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The National MS Society is Committed to Diversity, Equity and Inclusion and Recognizes Progress

June 16, 2021

The National MS Society is committed to empowering every person with multiple sclerosis to live their best lives. But no one can live their best life when they face discrimination and exclusion.

Disparities in healthcare keep many marginalized communities from getting the quality care they need. As a national health organization, speaking out is not just a choice, it is a responsibility. When we lift up those most affected by systemic inequities in our communities and healthcare system, we lift up everyone and are more powerful in our work to achieve a world free of MS.

While diversity, equity and inclusion has been a longstanding core value of our organization, last June we recognized we needed to do more to ensure the MS movement is a place for all those affected by MS. We made a commitment to do better. We know that this effort is a journey, not a destination, and that there is more work to do, but here is our progress so far:
  • Being an organization that is safe and welcoming for all starts from within.
    • We formed employee resource groups to give staff of color a place to discuss their unique experiences and to help allies grow in their learning journeys.
    • We increased the diversity of our staff through intentional hiring practices.
    • We instituted organization-wide training to help all staff be better stewards of diversity, equity and inclusion, held listening sessions around courageous conversations, workshops reflecting on issues of identity and power in our organization, and unconscious bias, and conducted an intensive workshop on inclusive leadership for more than 70 leaders across the organization.
    • We declared Juneteenth a paid Society holiday to encourage employees to celebrate as well as engage in reflection and anti-racist learning. And we acknowledged the painful history of colonization on indigenous people by discontinuing our observance of Christopher Columbus Day—instead, marking Election Day as a new Society paid holiday to promote civic engagement across our workforce.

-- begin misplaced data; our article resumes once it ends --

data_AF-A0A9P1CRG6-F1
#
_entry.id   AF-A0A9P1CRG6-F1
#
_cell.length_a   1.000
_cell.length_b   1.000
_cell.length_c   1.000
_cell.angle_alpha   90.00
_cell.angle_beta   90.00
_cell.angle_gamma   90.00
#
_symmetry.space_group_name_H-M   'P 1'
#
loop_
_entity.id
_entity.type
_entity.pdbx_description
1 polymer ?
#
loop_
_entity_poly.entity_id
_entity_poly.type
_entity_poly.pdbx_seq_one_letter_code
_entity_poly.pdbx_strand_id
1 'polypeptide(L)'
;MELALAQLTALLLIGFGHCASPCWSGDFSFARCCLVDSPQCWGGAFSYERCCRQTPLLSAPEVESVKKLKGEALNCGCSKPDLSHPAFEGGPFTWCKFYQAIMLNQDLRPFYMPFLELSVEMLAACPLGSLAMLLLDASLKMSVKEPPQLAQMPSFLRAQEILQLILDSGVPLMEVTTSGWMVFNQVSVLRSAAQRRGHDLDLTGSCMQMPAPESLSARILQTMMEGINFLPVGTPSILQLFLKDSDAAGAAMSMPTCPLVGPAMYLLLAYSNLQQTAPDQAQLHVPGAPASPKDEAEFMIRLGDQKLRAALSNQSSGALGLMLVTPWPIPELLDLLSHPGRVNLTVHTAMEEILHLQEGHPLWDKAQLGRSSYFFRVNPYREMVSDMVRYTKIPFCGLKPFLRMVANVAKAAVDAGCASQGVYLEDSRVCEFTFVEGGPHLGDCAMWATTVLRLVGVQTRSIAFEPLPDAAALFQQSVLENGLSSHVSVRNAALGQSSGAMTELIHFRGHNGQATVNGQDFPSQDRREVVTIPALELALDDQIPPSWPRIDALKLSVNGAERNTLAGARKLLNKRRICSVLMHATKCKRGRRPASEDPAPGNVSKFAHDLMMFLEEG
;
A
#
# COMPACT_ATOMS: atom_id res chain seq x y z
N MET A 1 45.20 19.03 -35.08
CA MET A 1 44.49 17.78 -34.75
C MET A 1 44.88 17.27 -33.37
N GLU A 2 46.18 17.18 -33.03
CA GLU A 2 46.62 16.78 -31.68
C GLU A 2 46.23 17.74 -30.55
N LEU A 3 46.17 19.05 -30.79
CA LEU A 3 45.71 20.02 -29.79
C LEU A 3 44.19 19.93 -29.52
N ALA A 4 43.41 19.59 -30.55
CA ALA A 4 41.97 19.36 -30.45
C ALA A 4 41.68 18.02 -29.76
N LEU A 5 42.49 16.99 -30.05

• To ensure our commitment is prominent and routine in our organizational culture, we recite and share reflections on our diversity, equity and inclusion statement at the beginning of meetings.
  • Increased the diversity of volunteer leadership with an emphasis on recruiting volunteers of diverse genders, races and ages.
  • Launched Living Well With MS: A Guide for Black Americans with accompanying documentary, as well as targeted Public Service Announcements to inform the Black community about the signs and symptoms of living with MS.
  • Continued to increase representation of diverse voices, perspectives and experiences throughout our work, including a dedicated issue of Momentum Magazine this spring focused on communities of color and disparities in diagnosis, treatment and perception.
  • Developed an organization-wide diversity, equity and inclusion language guide to ensure our words foster inclusion in everything we do. 
  • Held our first-ever nationwide Black MS Experience Summit. Participants forged powerful connections, learned from leading scientific and healthcare experts, and gave voice to the unique needs of those in the Black community affected by MS. The 2021 Summit will be held in September. Learn more here.
  • Joined other major organizations across the country to lay out principles and values that guide individual and collective efforts to advance racial equity and justice.
  • Invested in research to deepen our understanding of how MS affects underrepresented groups, including a recent grant for a study investigating immune cell differences in racially and ethnically diverse individuals to describe why people of specific races and ethnicities with MS tend to experience more aggressive disease, and better inform treatment strategies.

About Multiple Sclerosis

Multiple sclerosis is an unpredictable, often disabling disease of the central nervous system. Symptoms range from numbness and tingling to blindness and paralysis, and there is currently no cure for MS. The progress, severity and specific symptoms of MS in any one person cannot yet be predicted, but advances in research and treatment are leading to better understanding and moving us closer to a world free of MS. An estimated 1 million people live with MS in the United States. Most people with MS are diagnosed between the ages of 20 and 50, and it affects women three times more than men.


© 2023 The National Multiple Sclerosis Society is a tax exempt 501(c)3 nonprofit organization. Its Identification Number (EIN) is 13-5661935.